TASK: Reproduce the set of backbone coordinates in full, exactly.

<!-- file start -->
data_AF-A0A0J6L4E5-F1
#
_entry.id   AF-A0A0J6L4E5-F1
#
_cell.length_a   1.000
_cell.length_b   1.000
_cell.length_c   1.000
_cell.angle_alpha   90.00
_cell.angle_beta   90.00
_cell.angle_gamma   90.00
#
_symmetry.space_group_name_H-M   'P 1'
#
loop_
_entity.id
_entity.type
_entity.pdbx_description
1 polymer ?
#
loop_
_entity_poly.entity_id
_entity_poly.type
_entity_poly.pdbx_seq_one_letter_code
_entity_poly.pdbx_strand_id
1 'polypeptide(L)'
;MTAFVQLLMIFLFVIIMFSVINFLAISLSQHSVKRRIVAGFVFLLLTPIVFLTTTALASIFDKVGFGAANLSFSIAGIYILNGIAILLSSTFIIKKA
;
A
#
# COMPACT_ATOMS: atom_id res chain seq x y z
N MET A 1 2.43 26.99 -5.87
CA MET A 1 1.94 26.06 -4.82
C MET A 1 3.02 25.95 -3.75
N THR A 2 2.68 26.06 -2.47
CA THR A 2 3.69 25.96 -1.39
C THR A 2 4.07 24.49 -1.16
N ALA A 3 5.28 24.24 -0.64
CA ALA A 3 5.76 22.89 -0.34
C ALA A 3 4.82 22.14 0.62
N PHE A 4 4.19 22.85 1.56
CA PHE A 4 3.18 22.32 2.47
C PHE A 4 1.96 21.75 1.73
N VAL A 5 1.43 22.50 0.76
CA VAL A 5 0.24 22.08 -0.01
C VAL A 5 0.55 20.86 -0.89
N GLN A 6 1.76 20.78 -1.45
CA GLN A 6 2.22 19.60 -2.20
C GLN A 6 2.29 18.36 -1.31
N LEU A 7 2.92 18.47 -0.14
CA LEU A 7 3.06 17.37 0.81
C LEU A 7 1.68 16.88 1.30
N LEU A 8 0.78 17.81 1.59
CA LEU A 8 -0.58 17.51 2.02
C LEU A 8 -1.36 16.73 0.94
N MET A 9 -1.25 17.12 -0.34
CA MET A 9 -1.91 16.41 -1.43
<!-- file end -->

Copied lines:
data_AF-A0A0J6L4E5-F1
#
_entry.id   AF-A0A0J6L4E5-F1
#
_cell.length_a   1.000
_cell.length_b   1.000
_cell.length_c   1.000
_cell.angle_alpha   90.00
_cell.angle_beta   90.00
_cell.angle_gamma   90.00
#
_symmetry.space_group_name_H-M   'P 1'
#
loop_
_entity.id
_entity.type
_entity.pdbx_description
1 polymer ?
#
loop_
_entity_poly.entity_id
_entity_poly.type
_entity_poly.pdbx_seq_one_letter_code
_entity_poly.pdbx_strand_id
1 'polypeptide(L)'
;MTAFVQLLMIFLFVIIMFSVINFLAISLSQHSVKRRIVAGFVFLLLTPIVFLTTTALASIFDKVGFGAANLSFSIAGIYILNGIAILLSSTFIIKKA
;
A
#
# COMPACT_ATOMS: atom_id res chain seq x y z
N MET A 1 2.43 26.99 -5.87
CA MET A 1 1.94 26.06 -4.82
C MET A 1 3.02 25.95 -3.75
N THR A 2 2.68 26.06 -2.47
CA THR A 2 3.69 25.96 -1.39
C THR A 2 4.07 24.49 -1.16
N ALA A 3 5.28 24.24 -0.64
CA ALA A 3 5.76 22.89 -0.34
C ALA A 3 4.82 22.14 0.62
N PHE A 4 4.19 22.85 1.56
CA PHE A 4 3.18 22.32 2.47
C PHE A 4 1.96 21.75 1.73
N VAL A 5 1.43 22.50 0.76
CA VAL A 5 0.24 22.08 -0.01
C VAL A 5 0.55 20.86 -0.89
N GLN A 6 1.76 20.78 -1.45
CA GLN A 6 2.22 19.60 -2.20
C GLN A 6 2.29 18.36 -1.31
N LEU A 7 2.92 18.47 -0.14
CA LEU A 7 3.06 17.37 0.81
C LEU A 7 1.68 16.88 1.30
N LEU A 8 0.78 17.81 1.59
CA LEU A 8 -0.58 17.51 2.02
C LEU A 8 -1.36 16.73 0.94
N MET A 9 -1.25 17.12 -0.34
CA MET A 9 -1.91 16.41 -1.43